A simpler retrofit is an external / hanging furling lock, lashed to an eye on the mast. The hoist line can run to deck level externally or led into the mast, via a small slot just below the lock, and exited at the mast base with the other halyards. Again, a 2/3:1 purchase system is required at the tack for stay tension.

Retrofit Checklist

Adding a staysail can be a relatively straightforward performance improvement but there are some key checks you should make to ensure the integrity of your mast and rigging.

Deck attachment point - this is fundamental. If you do not have a staysail deck chainplate, talk to your local boatbuilder or refit yard about your options and any structural modifications required to ensure your deck is strong enough to support the inner forestay loads.

Mast fittings - If you do not have the necessary hardware on your mast for the staysail you should seek the advice of your mast maker who can confirm whether any mast stiffening will be required.

Aft rigging - at the same time your mast maker can advise on any requirements for additional aft rigging to counteract the inner forestay loads. On most modern rigs with swept back spreaders this is not generally a structural problem but it is something that needs to be ticked off the check list prior to proceeding with a retrofit project

Conclusion

The addition of a staysail and /or code zero / asymmetric downwind sails can transform a traditional sloop rigged boat. If you are looking at ways to boost your sailing performance, please feel free to contact us at or get in touch using: Furling Enquiry at upffront.com.

Related Articles

Torsional Ropes Versus Cables
Noting the all-important point at which you should change between them In this blog we explore the differences between Torsional Ropes and Custom Torsional Cables, the pros and cons of each and provide guidance on the specification boundaries between the two. Posted on 16 Oct
Improve Your Sailing Performance
Three simple, cost-effective upgrades from upffront.com Reducing weight should be every sailors goal, no matter what their sailing style. One kilogram removed from the mast and rigging package is equivalent to adding 4kg to the keel. So, reducing weight aloft increases your stability. Posted on 1 Oct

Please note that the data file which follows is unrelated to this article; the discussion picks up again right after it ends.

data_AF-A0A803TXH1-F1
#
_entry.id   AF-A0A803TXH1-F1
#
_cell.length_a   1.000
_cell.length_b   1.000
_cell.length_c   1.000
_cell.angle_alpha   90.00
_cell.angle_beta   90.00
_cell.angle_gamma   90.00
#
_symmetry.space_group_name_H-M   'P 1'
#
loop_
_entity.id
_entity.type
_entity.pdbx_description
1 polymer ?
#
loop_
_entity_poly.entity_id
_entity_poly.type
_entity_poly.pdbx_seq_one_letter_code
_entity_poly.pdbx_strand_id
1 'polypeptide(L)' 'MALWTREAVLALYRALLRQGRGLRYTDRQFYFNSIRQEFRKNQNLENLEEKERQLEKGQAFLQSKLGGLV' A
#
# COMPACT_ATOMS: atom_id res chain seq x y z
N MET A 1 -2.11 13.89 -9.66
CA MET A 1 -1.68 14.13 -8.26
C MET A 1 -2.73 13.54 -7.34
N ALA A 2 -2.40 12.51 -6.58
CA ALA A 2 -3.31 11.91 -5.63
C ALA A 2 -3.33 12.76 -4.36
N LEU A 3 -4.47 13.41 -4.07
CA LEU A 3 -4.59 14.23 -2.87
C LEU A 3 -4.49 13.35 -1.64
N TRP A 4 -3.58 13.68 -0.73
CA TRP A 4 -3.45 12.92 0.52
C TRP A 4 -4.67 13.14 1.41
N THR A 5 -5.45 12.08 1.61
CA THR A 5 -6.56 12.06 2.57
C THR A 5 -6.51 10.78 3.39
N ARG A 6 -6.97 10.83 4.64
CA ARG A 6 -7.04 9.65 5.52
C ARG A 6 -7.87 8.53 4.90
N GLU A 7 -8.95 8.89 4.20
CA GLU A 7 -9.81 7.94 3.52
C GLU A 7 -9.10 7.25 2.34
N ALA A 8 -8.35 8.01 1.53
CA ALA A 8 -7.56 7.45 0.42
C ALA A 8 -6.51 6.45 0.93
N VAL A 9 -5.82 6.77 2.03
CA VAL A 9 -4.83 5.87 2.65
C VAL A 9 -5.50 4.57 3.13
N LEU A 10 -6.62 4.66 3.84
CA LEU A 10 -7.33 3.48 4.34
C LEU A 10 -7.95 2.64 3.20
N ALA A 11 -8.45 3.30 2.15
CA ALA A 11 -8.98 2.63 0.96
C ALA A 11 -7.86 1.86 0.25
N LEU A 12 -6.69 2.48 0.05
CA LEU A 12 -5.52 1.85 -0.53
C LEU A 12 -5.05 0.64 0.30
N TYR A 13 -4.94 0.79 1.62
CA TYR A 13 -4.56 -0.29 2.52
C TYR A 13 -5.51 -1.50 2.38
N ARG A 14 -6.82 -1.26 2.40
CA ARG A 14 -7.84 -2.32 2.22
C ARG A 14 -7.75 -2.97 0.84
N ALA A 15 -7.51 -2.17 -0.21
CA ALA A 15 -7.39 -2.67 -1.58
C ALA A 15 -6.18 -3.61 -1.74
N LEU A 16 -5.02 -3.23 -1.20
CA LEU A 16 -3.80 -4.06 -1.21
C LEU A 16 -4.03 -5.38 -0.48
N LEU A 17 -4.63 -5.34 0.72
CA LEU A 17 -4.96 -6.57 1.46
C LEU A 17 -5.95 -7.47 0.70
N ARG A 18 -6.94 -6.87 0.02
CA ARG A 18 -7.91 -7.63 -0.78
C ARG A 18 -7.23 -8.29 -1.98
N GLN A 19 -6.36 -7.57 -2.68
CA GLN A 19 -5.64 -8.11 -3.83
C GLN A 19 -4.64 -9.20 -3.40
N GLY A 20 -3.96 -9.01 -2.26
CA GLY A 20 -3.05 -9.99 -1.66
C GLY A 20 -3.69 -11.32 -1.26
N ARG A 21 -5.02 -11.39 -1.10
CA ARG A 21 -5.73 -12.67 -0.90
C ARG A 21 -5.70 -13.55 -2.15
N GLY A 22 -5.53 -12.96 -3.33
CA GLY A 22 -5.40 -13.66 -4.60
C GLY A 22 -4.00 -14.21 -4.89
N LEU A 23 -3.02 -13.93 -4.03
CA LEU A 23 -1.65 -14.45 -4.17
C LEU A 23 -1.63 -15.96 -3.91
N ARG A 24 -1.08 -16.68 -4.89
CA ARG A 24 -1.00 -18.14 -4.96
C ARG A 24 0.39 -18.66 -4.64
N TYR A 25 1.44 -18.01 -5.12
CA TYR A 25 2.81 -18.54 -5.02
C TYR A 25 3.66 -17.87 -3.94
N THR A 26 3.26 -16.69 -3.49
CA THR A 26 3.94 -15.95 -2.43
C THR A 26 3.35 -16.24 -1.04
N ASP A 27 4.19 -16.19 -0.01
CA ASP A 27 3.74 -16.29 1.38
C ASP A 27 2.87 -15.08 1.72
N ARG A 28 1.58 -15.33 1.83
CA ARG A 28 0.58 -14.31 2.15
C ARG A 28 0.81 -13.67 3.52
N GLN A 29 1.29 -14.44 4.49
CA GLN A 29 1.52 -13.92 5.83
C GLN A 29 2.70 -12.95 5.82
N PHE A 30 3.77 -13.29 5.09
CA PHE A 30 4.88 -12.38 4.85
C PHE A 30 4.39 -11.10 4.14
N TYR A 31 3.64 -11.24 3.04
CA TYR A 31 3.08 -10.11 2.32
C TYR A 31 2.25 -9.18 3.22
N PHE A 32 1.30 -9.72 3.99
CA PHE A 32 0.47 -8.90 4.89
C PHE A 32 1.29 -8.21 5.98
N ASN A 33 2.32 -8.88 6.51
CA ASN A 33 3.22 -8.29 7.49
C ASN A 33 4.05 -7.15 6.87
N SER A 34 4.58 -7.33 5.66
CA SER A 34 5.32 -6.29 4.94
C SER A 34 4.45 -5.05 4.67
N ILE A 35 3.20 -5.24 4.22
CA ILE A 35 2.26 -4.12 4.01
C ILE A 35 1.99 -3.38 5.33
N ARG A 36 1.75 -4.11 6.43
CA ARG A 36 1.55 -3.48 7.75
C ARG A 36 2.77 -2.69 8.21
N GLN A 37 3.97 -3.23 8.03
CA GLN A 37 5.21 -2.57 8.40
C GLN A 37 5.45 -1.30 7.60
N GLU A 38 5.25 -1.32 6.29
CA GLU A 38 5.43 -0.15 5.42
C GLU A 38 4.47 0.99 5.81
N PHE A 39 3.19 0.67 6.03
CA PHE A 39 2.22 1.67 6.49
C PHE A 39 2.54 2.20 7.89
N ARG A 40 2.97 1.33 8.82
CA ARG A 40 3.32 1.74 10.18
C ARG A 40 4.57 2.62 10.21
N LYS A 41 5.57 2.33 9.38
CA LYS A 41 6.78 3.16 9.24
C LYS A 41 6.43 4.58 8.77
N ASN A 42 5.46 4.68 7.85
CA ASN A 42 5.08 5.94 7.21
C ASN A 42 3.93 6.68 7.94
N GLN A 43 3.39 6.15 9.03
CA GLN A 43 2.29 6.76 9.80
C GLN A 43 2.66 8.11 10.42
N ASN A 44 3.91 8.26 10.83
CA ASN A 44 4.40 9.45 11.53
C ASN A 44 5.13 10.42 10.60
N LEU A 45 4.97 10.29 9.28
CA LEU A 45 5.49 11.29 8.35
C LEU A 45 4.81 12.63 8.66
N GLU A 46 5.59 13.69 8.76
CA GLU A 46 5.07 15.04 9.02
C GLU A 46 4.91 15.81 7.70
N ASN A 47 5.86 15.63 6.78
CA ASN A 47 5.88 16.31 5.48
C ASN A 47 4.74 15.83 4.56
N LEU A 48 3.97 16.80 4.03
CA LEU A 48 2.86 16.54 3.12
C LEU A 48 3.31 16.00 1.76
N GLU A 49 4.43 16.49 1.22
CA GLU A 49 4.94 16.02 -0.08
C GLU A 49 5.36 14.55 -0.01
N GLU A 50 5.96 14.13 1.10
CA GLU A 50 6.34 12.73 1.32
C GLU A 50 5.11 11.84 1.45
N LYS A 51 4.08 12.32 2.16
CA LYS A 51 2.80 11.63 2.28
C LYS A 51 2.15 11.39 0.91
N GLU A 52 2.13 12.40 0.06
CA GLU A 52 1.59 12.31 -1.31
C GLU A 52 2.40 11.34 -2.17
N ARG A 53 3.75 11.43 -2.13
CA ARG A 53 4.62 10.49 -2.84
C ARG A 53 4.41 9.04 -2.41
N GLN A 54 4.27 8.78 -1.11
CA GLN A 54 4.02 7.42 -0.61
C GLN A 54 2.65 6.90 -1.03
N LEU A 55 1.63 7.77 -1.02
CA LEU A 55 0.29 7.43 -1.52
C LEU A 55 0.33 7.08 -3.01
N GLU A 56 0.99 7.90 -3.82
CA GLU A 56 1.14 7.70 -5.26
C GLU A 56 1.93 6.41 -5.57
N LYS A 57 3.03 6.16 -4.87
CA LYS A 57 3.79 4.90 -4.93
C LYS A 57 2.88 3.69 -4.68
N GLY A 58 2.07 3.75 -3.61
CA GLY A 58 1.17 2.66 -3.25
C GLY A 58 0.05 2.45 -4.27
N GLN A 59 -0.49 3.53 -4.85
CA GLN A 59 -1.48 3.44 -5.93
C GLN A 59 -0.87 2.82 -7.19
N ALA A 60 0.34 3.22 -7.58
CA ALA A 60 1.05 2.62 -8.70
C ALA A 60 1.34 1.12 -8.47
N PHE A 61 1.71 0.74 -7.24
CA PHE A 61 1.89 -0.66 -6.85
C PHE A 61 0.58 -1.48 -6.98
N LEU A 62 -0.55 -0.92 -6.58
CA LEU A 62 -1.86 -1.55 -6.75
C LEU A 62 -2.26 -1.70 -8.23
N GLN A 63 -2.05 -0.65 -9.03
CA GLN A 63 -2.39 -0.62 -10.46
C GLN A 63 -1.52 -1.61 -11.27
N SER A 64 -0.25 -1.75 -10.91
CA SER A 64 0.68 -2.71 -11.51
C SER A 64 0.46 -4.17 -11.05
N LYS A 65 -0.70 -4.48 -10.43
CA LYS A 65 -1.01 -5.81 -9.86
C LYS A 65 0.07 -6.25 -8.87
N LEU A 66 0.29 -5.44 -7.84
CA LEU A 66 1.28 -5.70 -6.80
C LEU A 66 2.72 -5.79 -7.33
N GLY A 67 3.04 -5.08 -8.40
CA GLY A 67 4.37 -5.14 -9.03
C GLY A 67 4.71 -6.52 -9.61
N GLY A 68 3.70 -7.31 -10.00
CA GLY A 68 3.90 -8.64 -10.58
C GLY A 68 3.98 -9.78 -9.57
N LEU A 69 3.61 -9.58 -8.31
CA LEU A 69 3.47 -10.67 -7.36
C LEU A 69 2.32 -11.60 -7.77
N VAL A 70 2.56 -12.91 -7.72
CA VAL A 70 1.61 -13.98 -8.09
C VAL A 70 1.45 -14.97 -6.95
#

Stripping and recovering yacht ropes
Upffront.com look at when, where and why The majority of yacht ropes are double braid construction i.e. with a core and braided cover. The purpose of this cover is to protect the core from general chafe, abrasion and UV damage but also to provide grip. Posted on 23 Sep
Alphalock Halyard Locks
Simply the best? A close look from upffront.com The Alphalock brand is a relative newcomer on the sailing hardware scene but its CEO, Eric Hall - founder of Hall Spars and inventor of their renowned Hall Autolocks - is anything but "the new kid on the block"! Posted on 17 Sep
Sailboat Hardware Soft Attachments
Fad or paradigm shift? There is an increasing trend towards soft attachment of sailing hardware and rigging i.e. using a lashing or soft loop, however they are not a catch-all solution. Posted on 10 Sep
Live Rig Load Data at Your Fingertips
Cyclops Marine Smartlink reviewed by upffront.com In a previous article we looked at the benefits of having live forestay load data using the Cyclops Marine Smarttune load sensor. Now we take a closer look at the sister product, often used in combination with the Smarttune, called the Smartlink. Posted on 3 Sep
An Innovative Twist to the Stick-on Padeye
LOOP Products available at upffront.com Padeyes are a multi-purpose attachment point, traditionally made of steel and bolted directly on to the deck. With a significant shift to soft connections over the last 5-10 years, the humble padeye has been through its own transformation. Posted on 28 Aug
Nine uses for Millionaire's tape
Excellent value for money, despite the name PROtect Mask, commonly known as 'Millionaire's tape' in many sailing circles, has been an essential part of riggers toolkits for years. Posted on 21 Aug
Evolution in the DNA
upffront.com look at the Morf Block options now available Morf Block - the brainchild of Morfrac Systems - is constantly evolving. Once a DIY block, where the user was free to use the lash thimble of their choice, Morf Block is now available ready-to-run, optimised for either high performance or high load. Posted on 17 Aug
Upffront 2020 Foredeck Club SW FOOTER